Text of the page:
The new Dhawa brand brings a fresh face to Cuba’s hospitality sector, but is it compelling enough to attract a lot of U.S. visitors to a remote region of the country?
— Greg Oates
The new Dhawa brand will be the fourth flag in Banyan Tree’s portfolio, joining the Banyan Tree, Angsana, and Cassia brands.
The hotel group is building four new resorts in Cuba through 2019 in partnership with the local Gaviota Tourism Group. In December next year, a new Angsana resort will open adjacent to the Dhawa property. And then for 2019, the company is developing a new Banyan Tree luxury property and another neighboring Angsana hotel in the emerging Cayo Buba area, attached to the popular Veradero resort community just east of the capital.
Multiple factors are driving Banyan Tree’s decision to enter the Cuban market.
“We work closely with the Singapore government, and they have an international enterprise division that seeks to link Singaporean companies with opportunities in different countries,” said Des Pugson, senior vice president, managing director of Banyan Tree. “Furthermore, Cuba is obviously waiting to open up, and all the signs show that it will open up. Singapore, in fact, has visa-free access to Cuba, and it’s reciprocal, so this is the right time.”
The 516-room Dhawa Cayo Santa Maria is located on an island in the growing Jardines del Rey Archipelago. The resort is situated about 75 minutes from Santa Clara Airport, which receives direct flights from American Airlines, Air Canada, WestJet, and Air Transat.
The bulk of travelers to the region are primarily Canadian, but Pugson said that Banyan Tree is banking heavily on the U.S. market being attracted to the region’s beaches and small cities just a 70-minute flight away from Miami International Airport.
“With all these direct flights from the U.S.,” he explained, “we expect that market to open up fairly quickly.”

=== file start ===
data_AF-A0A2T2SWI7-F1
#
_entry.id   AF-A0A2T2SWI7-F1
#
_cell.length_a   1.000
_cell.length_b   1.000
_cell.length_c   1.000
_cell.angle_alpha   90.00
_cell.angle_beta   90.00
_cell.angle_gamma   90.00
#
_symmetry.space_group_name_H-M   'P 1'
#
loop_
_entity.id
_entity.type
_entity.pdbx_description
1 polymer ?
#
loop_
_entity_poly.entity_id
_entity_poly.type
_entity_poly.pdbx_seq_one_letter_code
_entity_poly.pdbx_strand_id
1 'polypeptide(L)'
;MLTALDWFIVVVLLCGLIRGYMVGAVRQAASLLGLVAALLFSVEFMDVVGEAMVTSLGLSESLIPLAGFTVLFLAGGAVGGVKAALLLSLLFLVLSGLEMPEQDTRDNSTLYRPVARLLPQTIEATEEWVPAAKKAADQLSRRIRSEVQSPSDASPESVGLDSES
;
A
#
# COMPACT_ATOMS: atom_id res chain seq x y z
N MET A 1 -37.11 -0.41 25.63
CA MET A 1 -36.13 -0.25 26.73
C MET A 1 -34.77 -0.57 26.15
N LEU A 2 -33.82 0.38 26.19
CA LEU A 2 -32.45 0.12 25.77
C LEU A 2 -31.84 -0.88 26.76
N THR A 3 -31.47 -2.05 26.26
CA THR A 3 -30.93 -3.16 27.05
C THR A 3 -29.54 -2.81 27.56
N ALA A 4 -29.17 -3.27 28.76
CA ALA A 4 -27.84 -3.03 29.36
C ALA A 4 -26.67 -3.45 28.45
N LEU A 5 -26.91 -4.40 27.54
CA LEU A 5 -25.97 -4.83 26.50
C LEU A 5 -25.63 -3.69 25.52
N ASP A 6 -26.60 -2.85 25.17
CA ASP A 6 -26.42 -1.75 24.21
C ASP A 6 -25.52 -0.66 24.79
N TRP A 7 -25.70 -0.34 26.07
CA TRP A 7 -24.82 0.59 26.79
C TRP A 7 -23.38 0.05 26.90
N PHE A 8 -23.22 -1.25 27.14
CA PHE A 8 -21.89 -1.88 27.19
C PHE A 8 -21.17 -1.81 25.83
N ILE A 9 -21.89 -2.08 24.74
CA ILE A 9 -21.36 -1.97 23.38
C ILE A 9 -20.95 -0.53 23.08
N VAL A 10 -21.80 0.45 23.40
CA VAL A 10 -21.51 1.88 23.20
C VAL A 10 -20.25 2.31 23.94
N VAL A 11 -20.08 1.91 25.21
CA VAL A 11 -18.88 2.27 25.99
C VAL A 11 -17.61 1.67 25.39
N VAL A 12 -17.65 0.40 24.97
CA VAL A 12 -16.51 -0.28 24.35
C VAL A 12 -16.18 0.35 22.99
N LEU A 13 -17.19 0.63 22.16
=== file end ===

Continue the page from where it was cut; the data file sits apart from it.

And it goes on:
CUBA’S FIRST MILLENNIAL HOTEL
The Dhawa brand and business model were designed to be adaptable for both urban and resort environments. Pugson described the resort vibe in the new property as “fun, simple, and a little bit cool,” with a lot of energy, activities and entertainment. Rooms average around 400 square feet, and they have a music system and variable lighting options integrated into the bathrooms.
Pugson added, “Cuba has its challenges with Wi-Fi, but we’re going to be the first hotel to offer Wi-Fi inside the guest rooms.”
Overall, the Dhawa hotel concept has been developed along the same lines as many of the other efficient lifestyle brands that have entered the market over the last few years, designed to cater to Millennial-age travelers. The emphasis is squarely centered around contemporary design, creative food and beverage, multi-use public spaces, and a more approachable price point.
“There are just enough frills to feel like you have a solid four-star experience,” Pugson explained, (although his four-star ranking is different from the implied Forbes standard.) “Dhawa is very much designed for what you need when you need it.”
At the opposite end of the half-mile beach, the Angsana Cayo Santa Maria Cuba is scheduled to open December 1, 2017. The resort will have 220 keys and guest rooms averaging around 500 square feet.
“Angsana grew up as a younger version of Banyan Tree, if you will, more targeted toward families and small groups of friends” Pugson said.
Presently, the most well-known hotel groups in the archipelago are operated by Spanish-based brands such as Melia, H10, and Iberostar. They have been extremely successful rebuilding the same all-inclusive hotel over and over in other mass tourism hotel zones in the Dominican Republic, Jamaica, and Mexico’s Riviera Maya corridor south of Cancun.
Perhaps Banyan Tree can bring something new to the all-inclusive sector to help shake things up. As Pugson said, “This is the right time.”
This article has been republished from www.skift.com